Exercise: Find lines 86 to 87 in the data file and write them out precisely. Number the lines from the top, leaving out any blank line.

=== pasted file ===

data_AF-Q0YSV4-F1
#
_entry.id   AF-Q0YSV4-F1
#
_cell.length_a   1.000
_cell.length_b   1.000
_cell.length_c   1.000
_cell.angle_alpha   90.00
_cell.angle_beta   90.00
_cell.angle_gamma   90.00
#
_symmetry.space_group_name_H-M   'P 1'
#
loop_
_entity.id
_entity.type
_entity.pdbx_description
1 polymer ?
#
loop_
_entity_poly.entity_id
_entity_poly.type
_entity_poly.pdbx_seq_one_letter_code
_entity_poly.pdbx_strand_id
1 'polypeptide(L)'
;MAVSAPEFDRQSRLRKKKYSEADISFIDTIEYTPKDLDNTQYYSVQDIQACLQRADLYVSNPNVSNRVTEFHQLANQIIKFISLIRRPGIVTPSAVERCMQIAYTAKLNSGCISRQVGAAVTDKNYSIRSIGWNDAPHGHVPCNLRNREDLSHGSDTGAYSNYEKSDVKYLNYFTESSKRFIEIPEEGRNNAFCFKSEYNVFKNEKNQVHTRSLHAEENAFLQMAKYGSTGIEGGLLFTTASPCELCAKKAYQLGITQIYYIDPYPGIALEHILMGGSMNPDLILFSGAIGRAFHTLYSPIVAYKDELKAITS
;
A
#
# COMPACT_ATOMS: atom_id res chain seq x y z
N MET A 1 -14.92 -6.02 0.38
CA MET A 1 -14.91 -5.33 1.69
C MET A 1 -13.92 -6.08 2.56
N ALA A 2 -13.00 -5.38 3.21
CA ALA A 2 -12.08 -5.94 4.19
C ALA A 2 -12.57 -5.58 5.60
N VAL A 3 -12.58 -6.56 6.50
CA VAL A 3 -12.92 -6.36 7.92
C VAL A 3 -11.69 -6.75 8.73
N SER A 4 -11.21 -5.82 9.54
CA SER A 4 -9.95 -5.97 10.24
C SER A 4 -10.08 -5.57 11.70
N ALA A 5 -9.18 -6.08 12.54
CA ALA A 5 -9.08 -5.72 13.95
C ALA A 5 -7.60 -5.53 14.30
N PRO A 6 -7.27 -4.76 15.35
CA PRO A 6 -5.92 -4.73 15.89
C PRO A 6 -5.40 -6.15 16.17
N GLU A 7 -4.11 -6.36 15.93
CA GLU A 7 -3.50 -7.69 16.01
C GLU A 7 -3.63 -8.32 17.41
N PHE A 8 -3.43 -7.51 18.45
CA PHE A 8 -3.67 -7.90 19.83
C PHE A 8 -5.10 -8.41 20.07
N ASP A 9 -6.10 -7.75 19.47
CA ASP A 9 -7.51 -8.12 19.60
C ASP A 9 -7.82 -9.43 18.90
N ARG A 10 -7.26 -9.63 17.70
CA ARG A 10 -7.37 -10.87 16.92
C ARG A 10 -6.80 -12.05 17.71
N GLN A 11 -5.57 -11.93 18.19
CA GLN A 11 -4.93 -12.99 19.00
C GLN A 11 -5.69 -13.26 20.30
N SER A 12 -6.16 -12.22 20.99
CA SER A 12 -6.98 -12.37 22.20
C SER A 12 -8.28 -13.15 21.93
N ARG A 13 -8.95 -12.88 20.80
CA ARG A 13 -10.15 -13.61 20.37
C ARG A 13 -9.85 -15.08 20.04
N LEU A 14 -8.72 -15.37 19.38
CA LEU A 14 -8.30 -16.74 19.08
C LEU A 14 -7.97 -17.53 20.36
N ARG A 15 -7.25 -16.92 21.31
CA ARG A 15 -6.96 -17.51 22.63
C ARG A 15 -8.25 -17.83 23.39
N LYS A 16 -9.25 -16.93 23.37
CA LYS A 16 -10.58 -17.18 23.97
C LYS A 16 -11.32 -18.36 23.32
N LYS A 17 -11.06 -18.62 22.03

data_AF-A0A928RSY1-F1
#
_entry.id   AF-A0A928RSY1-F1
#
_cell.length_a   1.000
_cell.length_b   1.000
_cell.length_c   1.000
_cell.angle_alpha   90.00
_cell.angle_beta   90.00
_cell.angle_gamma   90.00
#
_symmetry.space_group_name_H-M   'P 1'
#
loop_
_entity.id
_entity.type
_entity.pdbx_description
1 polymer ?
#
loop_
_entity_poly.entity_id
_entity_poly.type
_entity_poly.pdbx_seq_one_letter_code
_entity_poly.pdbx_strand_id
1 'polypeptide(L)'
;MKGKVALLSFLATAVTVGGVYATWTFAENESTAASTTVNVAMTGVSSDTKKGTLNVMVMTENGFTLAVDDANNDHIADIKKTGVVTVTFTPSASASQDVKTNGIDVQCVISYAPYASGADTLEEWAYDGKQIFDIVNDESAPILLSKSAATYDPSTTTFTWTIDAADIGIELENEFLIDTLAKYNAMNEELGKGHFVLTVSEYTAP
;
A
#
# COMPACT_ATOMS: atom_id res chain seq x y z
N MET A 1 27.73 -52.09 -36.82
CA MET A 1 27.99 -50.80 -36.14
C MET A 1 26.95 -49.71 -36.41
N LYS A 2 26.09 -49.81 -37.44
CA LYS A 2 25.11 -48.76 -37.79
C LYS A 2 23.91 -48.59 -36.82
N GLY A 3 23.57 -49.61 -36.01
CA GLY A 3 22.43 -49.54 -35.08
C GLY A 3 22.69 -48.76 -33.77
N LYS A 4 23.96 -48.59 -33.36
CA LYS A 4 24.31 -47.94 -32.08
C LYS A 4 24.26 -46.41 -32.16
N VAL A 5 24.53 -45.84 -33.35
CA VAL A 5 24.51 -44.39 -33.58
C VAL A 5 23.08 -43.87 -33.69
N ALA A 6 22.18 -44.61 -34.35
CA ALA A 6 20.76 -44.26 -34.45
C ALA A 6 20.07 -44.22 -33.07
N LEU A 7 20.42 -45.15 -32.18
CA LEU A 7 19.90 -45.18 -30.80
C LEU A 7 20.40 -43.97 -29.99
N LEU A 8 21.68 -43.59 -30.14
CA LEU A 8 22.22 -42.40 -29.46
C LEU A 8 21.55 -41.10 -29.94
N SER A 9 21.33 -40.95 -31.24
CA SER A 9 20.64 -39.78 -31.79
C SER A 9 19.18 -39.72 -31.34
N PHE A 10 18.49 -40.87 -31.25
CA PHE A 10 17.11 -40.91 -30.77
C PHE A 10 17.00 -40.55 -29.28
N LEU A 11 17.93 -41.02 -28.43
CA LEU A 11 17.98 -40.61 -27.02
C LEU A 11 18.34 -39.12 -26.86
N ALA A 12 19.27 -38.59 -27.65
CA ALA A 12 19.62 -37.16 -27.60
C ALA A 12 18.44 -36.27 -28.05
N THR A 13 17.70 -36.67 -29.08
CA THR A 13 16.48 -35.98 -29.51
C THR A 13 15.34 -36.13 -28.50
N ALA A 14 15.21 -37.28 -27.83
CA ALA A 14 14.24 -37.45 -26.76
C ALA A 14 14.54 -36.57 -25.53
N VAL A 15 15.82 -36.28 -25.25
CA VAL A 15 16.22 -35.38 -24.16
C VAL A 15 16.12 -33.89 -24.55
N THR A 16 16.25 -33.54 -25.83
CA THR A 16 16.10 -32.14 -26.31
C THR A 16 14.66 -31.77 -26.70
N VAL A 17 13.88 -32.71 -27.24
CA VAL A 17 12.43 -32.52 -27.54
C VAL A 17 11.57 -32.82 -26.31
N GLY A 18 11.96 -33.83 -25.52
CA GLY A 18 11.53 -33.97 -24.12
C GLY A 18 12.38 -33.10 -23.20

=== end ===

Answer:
_cell.length_c   1.000
_cell.angle_alpha   90.00